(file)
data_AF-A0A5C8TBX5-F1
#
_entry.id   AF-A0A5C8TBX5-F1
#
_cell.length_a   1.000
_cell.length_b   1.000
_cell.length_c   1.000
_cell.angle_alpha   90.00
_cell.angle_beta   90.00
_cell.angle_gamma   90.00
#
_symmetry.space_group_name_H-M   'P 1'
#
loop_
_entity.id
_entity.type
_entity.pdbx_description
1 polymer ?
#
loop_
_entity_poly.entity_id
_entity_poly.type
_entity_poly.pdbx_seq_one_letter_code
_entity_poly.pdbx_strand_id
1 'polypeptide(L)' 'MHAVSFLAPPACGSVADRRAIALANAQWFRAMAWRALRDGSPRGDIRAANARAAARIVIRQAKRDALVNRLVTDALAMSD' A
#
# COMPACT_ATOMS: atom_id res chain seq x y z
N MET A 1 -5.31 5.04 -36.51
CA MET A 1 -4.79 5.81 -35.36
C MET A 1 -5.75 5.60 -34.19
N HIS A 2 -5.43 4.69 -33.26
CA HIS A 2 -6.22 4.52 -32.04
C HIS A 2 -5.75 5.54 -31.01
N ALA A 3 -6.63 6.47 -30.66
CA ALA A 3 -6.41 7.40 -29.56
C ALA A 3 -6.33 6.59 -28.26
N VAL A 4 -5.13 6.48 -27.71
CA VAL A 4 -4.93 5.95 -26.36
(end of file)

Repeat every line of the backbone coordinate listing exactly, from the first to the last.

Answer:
data_AF-A0A5C8TBX5-F1
#
_entry.id   AF-A0A5C8TBX5-F1
#
_cell.length_a   1.000
_cell.length_b   1.000
_cell.length_c   1.000
_cell.angle_alpha   90.00
_cell.angle_beta   90.00
_cell.angle_gamma   90.00
#
_symmetry.space_group_name_H-M   'P 1'
#
loop_
_entity.id
_entity.type
_entity.pdbx_description
1 polymer ?
#
loop_
_entity_poly.entity_id
_entity_poly.type
_entity_poly.pdbx_seq_one_letter_code
_entity_poly.pdbx_strand_id
1 'polypeptide(L)' 'MHAVSFLAPPACGSVADRRAIALANAQWFRAMAWRALRDGSPRGDIRAANARAAARIVIRQAKRDALVNRLVTDALAMSD' A
#
# COMPACT_ATOMS: atom_id res chain seq x y z
N MET A 1 -5.31 5.04 -36.51
CA MET A 1 -4.79 5.81 -35.36
C MET A 1 -5.75 5.60 -34.19
N HIS A 2 -5.43 4.69 -33.26
CA HIS A 2 -6.22 4.52 -32.04
C HIS A 2 -5.75 5.54 -31.01
N ALA A 3 -6.63 6.47 -30.66
CA ALA A 3 -6.41 7.40 -29.56
C ALA A 3 -6.33 6.59 -28.26
N VAL A 4 -5.13 6.48 -27.71
CA VAL A 4 -4.93 5.95 -26.36